In the form illustrated the cooler structure X is adapted to be suspended from a window opening '18 and the outside of a building wall 19, in which case a duct 20 projects from one side wall of the housing and from opening 16. It is preferred that the duct 20 extend up the side of the housing and that it be turned so as to discharge horizontally away from the top portion of the housing, whereby said duct can enter the opening 18 with the housing 10 depending at the wall 19 beneath said opening 18.
The air pump means C can be two independent means but it is advantageously a single means wherein a blower scroll 21 is entered into by a divider 22 in order to isolate two columns of air Y and Z. To this end the centrifugal or barrel type blower wheel 23 is disposed on a transverse axis extending horizontally through the housing 10, substantially central of the plenum A. The wheel 23 can be the full width of the housing 10 but is shown of a lesser width in which case the blower has sides 24 spaced inward of the housing sides. The wheel 23 is carried on suitable bearings and is driven by a motor 25. The scroll 21 is involute and surrounds the wheel 23, commencing with a minor radius at the center of floor 11 and terminating with a major radius at the edge of said floor and at the side of the housing opposite the outlet opening 16. With the arrangement shown in the drawings the air pump means C is shaped to receive air through ports 26 at its sides 24 and to deliver air at the floor 11 between the center and said one edge thereof.
In accordance with the invention the inlet openings 13 and 14 are located in the floor 11 in order to receive predetermined proportions of air delivered by the wheel 23. The said predetermined portions of air are allocated to the two inlet openings by the provision of the divider 22 which extends between the sides 24 of the air pump and upwardly within the blower scroll 21. The divider 22 terminates at the periphery of the wheel 23 and the position of its termination controls the portion of air which is directed in front of or behind said divider. As llustrated, the front of the divider 22 establishes a duct leading to opening 13 while the back of the divider 22 establishes a duct leading to opening 14. Duct and opening 14 is of lesser cross sectional area than the duct and opening 13, whereby the refrigerating air Y exceeds the useful air Z, in volume.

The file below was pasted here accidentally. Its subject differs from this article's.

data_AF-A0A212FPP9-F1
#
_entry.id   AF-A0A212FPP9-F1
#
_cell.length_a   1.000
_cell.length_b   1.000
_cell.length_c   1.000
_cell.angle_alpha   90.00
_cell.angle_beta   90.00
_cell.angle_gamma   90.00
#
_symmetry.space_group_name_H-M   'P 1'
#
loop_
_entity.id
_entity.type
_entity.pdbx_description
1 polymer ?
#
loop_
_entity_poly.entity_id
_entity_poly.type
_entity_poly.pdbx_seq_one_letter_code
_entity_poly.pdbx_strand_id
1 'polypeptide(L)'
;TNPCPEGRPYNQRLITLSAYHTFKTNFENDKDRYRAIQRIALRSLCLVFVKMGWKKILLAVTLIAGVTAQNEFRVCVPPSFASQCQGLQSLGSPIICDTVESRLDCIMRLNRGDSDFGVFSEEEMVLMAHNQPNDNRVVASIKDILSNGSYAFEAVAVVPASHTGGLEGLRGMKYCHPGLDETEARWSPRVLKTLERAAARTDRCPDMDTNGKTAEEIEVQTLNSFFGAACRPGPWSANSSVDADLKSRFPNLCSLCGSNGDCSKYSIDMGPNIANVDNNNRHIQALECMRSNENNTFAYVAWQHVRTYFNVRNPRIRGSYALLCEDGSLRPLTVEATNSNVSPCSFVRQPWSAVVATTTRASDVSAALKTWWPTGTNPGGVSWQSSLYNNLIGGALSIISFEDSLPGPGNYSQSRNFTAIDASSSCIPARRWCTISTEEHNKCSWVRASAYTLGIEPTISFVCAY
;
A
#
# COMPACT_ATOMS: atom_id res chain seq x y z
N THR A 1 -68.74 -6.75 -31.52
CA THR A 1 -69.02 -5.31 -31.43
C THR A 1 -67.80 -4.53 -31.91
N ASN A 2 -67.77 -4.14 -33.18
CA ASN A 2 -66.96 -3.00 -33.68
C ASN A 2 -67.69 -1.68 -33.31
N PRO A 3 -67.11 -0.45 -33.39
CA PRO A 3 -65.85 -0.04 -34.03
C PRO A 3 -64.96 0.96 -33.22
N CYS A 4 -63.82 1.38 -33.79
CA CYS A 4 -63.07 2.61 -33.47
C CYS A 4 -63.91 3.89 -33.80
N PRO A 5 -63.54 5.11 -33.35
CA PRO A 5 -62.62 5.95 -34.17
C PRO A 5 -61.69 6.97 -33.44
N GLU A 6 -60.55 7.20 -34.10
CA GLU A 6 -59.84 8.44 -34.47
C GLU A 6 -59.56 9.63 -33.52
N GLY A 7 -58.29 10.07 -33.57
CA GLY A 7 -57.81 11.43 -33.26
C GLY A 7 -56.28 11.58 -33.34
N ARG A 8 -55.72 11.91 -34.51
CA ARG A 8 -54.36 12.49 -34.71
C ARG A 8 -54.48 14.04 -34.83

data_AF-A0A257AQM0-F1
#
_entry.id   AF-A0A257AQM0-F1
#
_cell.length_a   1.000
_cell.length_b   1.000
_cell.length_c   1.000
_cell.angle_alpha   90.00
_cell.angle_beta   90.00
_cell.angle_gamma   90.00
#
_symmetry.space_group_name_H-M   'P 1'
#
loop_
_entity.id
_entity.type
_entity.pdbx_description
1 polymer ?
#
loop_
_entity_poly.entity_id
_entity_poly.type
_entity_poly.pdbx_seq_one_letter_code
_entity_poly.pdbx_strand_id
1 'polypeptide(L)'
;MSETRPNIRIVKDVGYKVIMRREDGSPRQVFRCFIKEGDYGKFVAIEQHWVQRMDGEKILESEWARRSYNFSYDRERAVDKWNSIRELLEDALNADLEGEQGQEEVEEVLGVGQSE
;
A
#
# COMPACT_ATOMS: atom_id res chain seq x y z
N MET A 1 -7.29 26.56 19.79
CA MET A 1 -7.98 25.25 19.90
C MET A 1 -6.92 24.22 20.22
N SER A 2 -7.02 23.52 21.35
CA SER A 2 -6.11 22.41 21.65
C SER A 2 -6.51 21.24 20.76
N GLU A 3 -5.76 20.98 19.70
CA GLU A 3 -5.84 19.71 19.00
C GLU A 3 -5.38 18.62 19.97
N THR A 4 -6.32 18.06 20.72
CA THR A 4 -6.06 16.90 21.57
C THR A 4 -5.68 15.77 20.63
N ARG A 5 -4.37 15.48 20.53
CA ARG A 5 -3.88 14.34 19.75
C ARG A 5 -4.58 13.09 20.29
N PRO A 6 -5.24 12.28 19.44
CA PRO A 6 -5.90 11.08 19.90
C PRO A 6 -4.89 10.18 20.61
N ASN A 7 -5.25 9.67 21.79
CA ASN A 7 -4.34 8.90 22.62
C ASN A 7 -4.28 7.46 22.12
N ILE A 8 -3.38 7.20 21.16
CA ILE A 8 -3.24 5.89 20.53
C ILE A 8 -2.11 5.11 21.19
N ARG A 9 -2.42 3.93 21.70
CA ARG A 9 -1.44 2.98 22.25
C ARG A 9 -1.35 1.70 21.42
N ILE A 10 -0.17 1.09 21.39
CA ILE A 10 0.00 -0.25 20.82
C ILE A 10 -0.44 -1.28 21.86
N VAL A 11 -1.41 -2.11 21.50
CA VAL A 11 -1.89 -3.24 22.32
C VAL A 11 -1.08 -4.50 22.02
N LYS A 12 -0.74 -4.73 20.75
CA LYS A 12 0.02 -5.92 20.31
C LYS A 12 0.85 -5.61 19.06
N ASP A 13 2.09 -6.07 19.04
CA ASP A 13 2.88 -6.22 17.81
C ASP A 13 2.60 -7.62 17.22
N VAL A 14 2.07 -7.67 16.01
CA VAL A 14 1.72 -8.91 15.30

The separating means D is provided for cooperatively transporting the air columns Y and Z through the plenum B. The means D thoroughly associates all of each column of air with the other without comingling the same and to this end isolates the said two columns by transporting one column of air through heat transfer tubes 30. In the preferred form the useful air Z is transported through or within the tubes 30 while the refrigerating air Y is transported around or over the tubes 30. The said columns of air are evenly distributed within and over the said tubes 30, said tubes being arranged in spaced parallel relationship. In the particular case illustrated the plurality of tubes 30 open at a plate 31 which cooperates with the sides of the housing to form a duct in communication with opening 14 and the back side of divider 22. The tubes 39 also open at a plate 32 and into the duct 20. Thus, useful air Z is transported through the tubes 30 and to the duct 20 to discharge at opening 16.
The refrigerating air Y is transported from opening 13 over the tubes 30 and to discharge at openings 15.
The liquid distributing means E can vary as circumstances require and is shown as a soaker which involves a liquid carrying conduit 35 disposed above each vertical arrangement of tubes 3%. The conduits 35 are joined by a manifold 36 and the conduits are perforated so as to discharge downwardly onto the vertical arrangement of tubes. As shown, there is a motor driven pump 37 that recirculates water from pan 17, and there is a water level controlled water supply 38 to maintain water at the desired level in said pan. With this arrangement the tubes 3t? are constantly wetted.
In accordance with the invention and with the arrangement of elements hereinabove described, I provide evaporative means F associated with the heat transfer tubes 30 to effect a heat change when brought into intimate contact with the moving refrigerating air Y. The means F is operative to cause evaporation of liquid to take place on and preferably close to the surface of each tube 30. In practice, it has been found that a deep layer of liquid at the tube surface is not so effective as a thin layer, it being advantageous to cause evaporation to take place as close as possible to the outside surface of the tube. Therefore, the tube can be of heat conductive material (thin walled aluminum tubing) with a smooth exterior wall as shown in FIG. 8 and thoroughly wetted by means E; or the tube can be of heat conductive material with an exterior wall provided with a surface treatment and roughened as shown in FIG. 9 so as to enhance capillary attraction and thereby assure thoroughness of wetting by means E; or the tube can be of heat conductive material wrapped with a liquid absorptive material as shown in FIGS. 6, 7 and 10 that thoroughly distributes and wets the entire tube surface; all to the end that a uniform layer of water clings to the outside surface of the tube.